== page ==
According to the current issue of Time magazine, more than 2,000 Iraqi women have gone missing since the 2003 fall of Saddam Hussein. This estimate comes from anecdotal evidence collected by the Organization of Women’s Freedom in Iraq, and is thought to be the result of the collapse of law and order in Iraq.
In addition to the existence of gangs of criminals, some aid workers say that various ministry bureaucrats have either frozen the assets of charities that might provide refuge, or have bound them with excessive red tape. According to the UK press, sex traffickers have been abducting women and girls and selling them into prostitution. Some, these sources say, are sold instead of being released after they have been kidnapped for ransom; others are taken at random. Kidnappings are often not reported because of the societal shame that surrounds them, and many families are reluctant to take back females who have been raped or forced into prostitution.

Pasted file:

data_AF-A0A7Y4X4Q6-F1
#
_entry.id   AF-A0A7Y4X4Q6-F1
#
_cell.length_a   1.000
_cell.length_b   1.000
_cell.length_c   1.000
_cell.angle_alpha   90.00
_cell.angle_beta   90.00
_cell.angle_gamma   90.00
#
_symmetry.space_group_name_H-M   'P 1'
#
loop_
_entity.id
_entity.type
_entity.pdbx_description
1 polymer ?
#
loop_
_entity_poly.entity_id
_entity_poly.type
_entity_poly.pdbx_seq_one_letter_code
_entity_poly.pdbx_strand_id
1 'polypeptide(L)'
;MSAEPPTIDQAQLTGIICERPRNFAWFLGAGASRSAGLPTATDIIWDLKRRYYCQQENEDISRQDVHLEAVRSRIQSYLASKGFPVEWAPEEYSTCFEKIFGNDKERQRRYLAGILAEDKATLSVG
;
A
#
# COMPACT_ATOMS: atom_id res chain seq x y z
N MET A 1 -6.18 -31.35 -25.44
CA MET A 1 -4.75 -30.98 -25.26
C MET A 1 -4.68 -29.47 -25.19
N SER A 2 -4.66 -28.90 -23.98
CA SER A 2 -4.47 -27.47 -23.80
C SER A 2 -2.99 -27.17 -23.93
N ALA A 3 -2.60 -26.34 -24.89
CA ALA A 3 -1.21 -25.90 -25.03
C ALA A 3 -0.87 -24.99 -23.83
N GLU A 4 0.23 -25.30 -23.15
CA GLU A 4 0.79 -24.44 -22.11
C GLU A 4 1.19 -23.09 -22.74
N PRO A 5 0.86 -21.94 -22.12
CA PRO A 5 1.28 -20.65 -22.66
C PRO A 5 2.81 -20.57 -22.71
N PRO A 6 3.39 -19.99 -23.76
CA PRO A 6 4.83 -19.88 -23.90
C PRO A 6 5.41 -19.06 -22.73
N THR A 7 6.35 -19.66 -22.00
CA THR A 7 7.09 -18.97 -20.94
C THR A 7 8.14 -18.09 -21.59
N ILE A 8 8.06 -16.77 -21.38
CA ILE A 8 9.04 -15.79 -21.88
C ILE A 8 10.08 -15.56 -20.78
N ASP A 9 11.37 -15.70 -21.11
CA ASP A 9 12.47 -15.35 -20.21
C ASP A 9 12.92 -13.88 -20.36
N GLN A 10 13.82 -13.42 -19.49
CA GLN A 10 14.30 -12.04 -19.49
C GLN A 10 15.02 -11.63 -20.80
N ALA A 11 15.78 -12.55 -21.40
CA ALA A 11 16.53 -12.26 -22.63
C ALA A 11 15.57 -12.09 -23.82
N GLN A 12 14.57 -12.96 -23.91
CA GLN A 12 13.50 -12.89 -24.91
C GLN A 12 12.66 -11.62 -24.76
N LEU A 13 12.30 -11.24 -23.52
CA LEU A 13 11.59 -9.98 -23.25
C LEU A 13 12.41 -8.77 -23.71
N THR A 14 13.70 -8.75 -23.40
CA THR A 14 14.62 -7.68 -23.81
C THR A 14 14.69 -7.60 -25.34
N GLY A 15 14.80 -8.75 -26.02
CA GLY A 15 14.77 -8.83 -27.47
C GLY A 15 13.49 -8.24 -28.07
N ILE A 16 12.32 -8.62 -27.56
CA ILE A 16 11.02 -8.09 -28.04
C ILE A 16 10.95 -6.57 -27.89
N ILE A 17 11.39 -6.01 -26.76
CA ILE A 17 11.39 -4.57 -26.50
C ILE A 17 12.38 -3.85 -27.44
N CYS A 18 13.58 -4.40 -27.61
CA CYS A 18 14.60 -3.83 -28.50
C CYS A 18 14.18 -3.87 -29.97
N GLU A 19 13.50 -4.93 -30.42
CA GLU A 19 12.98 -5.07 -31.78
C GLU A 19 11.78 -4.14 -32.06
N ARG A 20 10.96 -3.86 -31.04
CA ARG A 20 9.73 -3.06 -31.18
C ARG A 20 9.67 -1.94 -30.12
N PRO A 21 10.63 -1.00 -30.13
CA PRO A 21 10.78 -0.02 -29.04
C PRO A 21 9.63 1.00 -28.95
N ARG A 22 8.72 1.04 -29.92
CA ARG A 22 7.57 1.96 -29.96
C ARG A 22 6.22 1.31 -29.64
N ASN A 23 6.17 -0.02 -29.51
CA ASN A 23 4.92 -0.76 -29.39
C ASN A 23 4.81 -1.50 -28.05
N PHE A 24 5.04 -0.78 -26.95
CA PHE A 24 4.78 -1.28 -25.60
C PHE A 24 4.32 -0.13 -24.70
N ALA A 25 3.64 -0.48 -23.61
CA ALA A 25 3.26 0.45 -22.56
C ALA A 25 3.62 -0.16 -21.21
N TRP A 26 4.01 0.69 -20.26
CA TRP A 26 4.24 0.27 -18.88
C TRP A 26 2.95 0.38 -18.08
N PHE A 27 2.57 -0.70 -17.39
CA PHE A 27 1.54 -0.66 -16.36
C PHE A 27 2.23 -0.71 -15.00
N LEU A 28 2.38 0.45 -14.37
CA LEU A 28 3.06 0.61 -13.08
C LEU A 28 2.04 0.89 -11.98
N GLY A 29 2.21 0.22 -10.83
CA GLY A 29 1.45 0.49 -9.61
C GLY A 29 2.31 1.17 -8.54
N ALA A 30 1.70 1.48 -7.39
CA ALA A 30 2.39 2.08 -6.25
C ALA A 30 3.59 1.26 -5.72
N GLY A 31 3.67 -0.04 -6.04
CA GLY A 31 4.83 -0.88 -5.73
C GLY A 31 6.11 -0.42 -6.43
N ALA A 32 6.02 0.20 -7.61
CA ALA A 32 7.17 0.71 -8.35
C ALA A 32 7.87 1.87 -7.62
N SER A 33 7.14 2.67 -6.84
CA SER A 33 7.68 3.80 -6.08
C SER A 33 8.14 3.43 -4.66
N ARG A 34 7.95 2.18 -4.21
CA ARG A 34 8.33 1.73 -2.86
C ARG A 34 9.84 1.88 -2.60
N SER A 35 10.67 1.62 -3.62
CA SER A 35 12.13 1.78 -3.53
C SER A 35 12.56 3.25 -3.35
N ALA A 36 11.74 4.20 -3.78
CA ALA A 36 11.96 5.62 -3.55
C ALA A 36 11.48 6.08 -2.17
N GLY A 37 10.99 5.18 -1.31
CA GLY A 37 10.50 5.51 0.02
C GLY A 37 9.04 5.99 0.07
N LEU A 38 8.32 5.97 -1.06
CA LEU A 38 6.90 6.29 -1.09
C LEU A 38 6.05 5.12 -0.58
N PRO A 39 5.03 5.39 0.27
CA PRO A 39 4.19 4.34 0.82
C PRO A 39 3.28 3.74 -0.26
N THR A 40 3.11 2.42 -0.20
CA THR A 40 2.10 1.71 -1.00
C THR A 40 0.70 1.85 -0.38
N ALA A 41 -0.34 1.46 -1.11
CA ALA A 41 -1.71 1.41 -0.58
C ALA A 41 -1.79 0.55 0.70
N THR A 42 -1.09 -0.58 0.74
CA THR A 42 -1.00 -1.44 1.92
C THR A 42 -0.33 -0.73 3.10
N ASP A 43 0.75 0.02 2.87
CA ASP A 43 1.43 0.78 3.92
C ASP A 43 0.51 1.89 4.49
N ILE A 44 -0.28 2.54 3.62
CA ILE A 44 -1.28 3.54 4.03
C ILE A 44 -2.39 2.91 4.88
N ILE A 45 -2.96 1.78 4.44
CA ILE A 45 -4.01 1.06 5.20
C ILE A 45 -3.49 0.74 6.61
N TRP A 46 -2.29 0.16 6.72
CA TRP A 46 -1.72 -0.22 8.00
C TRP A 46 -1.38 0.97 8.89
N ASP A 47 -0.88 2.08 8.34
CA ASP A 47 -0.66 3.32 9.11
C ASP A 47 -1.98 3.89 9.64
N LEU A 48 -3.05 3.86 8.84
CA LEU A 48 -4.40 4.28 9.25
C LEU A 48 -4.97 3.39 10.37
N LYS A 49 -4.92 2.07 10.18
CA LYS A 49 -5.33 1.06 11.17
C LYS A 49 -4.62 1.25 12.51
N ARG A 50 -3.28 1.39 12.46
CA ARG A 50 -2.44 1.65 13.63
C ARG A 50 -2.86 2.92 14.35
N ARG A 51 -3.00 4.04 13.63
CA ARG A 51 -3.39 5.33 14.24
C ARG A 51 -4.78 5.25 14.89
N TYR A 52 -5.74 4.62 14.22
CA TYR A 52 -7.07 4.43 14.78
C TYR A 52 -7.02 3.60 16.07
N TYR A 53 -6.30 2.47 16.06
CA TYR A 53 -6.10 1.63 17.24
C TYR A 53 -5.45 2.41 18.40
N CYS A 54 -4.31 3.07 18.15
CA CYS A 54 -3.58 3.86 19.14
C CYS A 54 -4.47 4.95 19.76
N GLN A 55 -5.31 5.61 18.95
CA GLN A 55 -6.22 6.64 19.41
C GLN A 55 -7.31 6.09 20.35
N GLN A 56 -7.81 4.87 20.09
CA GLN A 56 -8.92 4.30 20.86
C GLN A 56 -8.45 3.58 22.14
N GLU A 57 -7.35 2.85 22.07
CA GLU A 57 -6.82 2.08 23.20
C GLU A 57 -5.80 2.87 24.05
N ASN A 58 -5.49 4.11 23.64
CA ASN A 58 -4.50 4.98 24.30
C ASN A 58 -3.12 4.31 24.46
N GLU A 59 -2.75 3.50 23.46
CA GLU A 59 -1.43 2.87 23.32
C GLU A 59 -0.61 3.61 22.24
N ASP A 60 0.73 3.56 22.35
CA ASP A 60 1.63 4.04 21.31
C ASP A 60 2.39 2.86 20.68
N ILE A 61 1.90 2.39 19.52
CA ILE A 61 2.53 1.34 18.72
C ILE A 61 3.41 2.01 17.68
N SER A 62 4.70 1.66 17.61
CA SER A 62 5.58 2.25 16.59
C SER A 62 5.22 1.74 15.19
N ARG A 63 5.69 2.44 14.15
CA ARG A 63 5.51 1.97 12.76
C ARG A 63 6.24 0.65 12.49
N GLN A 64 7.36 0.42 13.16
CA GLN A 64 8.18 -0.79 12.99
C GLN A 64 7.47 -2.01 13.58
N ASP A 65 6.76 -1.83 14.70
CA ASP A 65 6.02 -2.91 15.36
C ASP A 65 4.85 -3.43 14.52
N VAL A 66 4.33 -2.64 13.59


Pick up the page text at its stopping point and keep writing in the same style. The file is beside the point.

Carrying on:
In July of 2003, Human Rights Watch published a report, “Climate of Fear: Sexual Violence and Abduction of Women and Girls in Baghdad,” which concluded that the failure of Iraqi and U.S.-led occupation authorities to provide adequate security in Baghdad was at the root of women’s fear of being raped and abducted. Now, almost three years later, the problem still exists. There is no way to tabulate how many women and girls have been taken out of Iraq to Yemen, Syria, Jordan, and other places as part of this contemporary slave trade, and there is no indication that a solution is at hand.